Energy Voice offers a rundown of the North Sea operators who have successfully bagged permits under the UK’s first ever carbon storage licensing round.
In September the NSTA confirmed a total of 14 companies had secured 21 licences as part of the UK’s first-ever CCS licensing round – a key step towards meeting targets to store up to 30 milion tonnes of CO2 by 2030.
Thirteen areas were offered off the coast of Aberdeen, Teesside, Liverpool and Lincolnshire in the southern North Sea, central North Sea, northern North Sea, and East Irish Sea as part of the process, which kicked off last summer.
Major North Sea names dominate the list of recipients, with successes for the likes of EnQuest, Neptune Energy, Shell, BP and Harbour Energy.
View the full list and a breakdown of projects below.
Neptune Energy confirmed over summer that all three of its licence applications were successful.
These include rights to operate SNS Area 1 BC05 and SNS Area 7 Caister Bunter, as well as another, Area 5 Bunter BC13, in which it is partnered with a former unit of Esso E&P (now ExxonMobil).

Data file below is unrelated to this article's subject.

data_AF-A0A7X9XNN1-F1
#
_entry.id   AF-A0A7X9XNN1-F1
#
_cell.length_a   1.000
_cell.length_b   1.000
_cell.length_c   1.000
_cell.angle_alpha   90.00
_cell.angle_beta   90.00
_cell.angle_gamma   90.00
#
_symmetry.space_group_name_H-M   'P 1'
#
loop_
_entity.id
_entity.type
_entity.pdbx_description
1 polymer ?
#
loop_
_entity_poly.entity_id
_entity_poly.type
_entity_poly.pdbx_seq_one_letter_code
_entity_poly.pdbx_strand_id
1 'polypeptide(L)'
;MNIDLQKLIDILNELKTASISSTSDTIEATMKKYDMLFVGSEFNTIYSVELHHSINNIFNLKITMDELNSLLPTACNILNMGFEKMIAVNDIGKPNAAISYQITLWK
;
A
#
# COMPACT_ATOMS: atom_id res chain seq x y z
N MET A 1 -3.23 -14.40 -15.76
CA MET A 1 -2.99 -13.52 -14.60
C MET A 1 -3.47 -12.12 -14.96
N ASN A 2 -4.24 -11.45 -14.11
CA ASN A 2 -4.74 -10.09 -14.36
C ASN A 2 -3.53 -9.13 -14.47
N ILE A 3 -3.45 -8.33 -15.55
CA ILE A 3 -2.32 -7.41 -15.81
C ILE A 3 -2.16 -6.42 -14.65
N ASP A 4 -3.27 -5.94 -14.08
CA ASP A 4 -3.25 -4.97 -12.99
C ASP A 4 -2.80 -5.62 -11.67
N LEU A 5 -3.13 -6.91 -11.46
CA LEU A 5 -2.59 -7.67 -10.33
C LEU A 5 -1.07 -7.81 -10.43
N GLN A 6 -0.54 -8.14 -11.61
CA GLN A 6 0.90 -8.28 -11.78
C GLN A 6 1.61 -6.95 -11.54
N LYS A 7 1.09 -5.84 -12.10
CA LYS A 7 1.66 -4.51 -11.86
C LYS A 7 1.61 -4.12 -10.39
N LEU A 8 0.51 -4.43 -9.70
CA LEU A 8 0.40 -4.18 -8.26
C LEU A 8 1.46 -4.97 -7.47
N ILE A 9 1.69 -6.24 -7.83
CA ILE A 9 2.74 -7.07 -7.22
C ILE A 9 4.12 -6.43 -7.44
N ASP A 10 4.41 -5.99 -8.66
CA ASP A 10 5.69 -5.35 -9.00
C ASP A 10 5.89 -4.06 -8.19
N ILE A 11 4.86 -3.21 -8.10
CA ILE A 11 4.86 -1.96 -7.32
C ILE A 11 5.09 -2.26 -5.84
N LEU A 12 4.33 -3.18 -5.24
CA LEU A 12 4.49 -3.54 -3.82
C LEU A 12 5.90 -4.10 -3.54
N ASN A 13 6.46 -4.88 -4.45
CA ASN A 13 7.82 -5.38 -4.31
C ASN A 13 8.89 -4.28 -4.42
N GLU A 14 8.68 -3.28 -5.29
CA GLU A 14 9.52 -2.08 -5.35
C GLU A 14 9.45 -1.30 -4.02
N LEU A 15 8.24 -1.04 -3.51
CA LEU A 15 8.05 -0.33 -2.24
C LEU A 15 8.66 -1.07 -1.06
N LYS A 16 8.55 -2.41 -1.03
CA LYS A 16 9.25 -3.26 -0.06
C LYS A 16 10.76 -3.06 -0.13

“We look forward to engaging with the NSTA over the coming weeks as we consider opportunities to progress the development of integrated energy hubs on the UKCS, comprising CCS and powered by renewable electricity,” a spokesperson said.
“This is a key component of Neptune’s strategy to store more carbon than is emitted from our operations and the use of our sold products by 2030.”
The company is already involved in a string of CCS developments across Europe, including at its L10-A, L10-B and L10-E areas off the Netherlands and via the NoordKaap joint venture.
A further licence application has been lodged in Norway as part of a consortium with Sval and Storegga.
Acorn: Storegga, Shell & Harbour